Mostarda is an Italian fruit condiment with numerous regional variations. This ancient preserve mixes the intense spice of mustard with the sweet flavor of candied fruit (although in Piedmont, they sometimes make it without mustard and call it "cogna"). Quince is traditional, but mostardas can also be made with other fruits — even vegetables and sometimes nuts. Mostarda is a delicious accompaniment to cheeses, salamis, Pâtés, and roasted meats "Verjus"is French for "green juice." It's made from unripe grapes and its natural acidity is used to heighten the flavor of marinades, sauces, and dressings in the same manner as vinegar, but without the bite.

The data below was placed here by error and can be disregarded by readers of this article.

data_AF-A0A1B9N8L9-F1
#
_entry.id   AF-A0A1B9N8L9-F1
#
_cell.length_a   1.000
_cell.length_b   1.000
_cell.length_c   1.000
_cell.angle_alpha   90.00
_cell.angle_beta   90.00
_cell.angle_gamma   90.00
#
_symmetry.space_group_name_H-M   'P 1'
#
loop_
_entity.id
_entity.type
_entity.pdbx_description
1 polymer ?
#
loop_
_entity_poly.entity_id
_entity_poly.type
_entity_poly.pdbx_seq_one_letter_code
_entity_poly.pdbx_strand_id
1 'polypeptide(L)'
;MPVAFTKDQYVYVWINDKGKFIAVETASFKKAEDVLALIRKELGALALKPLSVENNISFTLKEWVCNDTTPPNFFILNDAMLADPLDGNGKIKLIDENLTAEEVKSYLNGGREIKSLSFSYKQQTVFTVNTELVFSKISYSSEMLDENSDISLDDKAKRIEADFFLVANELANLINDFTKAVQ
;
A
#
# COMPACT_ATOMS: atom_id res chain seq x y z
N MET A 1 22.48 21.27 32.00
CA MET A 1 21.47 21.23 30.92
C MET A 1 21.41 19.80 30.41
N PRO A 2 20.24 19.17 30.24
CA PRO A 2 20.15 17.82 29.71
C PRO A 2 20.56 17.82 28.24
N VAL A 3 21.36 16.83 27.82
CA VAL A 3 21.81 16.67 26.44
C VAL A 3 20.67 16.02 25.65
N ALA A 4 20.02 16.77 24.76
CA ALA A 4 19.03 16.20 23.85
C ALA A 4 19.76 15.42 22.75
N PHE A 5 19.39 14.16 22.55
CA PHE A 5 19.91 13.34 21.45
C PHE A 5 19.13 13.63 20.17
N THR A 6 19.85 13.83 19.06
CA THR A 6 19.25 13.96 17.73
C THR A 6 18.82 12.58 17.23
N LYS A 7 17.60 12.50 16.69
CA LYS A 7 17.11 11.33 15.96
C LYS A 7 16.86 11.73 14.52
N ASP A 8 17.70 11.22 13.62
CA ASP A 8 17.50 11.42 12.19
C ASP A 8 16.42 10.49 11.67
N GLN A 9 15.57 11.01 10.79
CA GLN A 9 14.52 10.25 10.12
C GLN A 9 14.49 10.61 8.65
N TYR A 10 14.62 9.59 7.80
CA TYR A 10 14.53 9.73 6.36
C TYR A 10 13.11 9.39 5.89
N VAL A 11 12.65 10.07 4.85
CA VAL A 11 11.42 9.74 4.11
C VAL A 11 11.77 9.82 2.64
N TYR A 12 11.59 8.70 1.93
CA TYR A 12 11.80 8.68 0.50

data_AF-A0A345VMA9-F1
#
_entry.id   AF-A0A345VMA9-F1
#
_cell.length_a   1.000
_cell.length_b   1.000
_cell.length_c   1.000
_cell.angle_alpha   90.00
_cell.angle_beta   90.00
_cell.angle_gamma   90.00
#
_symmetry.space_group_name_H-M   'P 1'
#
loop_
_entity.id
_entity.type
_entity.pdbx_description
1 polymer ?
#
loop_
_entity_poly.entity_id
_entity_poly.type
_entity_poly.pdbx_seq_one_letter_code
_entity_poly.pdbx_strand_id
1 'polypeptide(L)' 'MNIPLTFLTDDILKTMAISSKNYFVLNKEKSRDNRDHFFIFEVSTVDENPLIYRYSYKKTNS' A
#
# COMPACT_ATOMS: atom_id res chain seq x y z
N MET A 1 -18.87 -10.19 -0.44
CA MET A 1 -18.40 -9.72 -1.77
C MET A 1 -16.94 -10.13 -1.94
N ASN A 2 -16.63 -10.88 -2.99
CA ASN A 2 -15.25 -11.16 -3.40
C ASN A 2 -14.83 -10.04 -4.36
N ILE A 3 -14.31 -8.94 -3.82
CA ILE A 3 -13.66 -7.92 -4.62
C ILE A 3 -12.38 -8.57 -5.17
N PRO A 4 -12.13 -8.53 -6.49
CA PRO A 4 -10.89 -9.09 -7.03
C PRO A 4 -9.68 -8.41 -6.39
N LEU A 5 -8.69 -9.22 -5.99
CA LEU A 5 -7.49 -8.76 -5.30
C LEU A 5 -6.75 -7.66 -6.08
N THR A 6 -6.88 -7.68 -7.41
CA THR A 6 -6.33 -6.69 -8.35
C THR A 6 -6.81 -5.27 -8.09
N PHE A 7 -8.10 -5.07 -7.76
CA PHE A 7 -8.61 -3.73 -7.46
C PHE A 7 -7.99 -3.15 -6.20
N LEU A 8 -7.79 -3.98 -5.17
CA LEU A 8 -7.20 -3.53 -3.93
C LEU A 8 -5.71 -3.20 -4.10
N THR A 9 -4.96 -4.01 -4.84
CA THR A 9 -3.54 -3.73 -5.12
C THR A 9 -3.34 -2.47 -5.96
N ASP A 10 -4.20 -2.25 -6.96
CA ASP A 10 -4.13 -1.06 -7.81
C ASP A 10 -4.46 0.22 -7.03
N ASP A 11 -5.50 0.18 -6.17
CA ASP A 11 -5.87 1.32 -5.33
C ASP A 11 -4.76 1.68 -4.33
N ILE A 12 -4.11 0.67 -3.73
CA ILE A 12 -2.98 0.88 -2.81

Place 1-1/2 cups of the wine, sugar, lemon juice, and 1/2 cup of water in a medium-size saucepan and bring to a boil over high heat. Cook, stirring occasionally, until the sugar dissolves and the liquid is clear, about 5 minutes. Add the quince, raisins, and apricots, and reduce the heat to medium-low to maintain a simmer. Cook, uncovered, until the fruit is tender but not mushy,15 to 30 minutes. Cooking times will vary depending on the variety of the quince.
Set a fine-mesh sieve over a bowl and transfer the quince mixture to the sieve. Drain the fruit, reserving the syrup. Divide the fruit mixture among 3 sterilized glass half-pint jars.
Meanwhile, place the mustard and the remaining 1/4 cup of Moscato wine in the saucepan and whisk to blend. Add the reserved syrup and cook for 1 minute over high heat. Pour the syrup over the fruit, seal the jars, and refrigerate. The mostarda can be refrigerated for up to 2 weeks.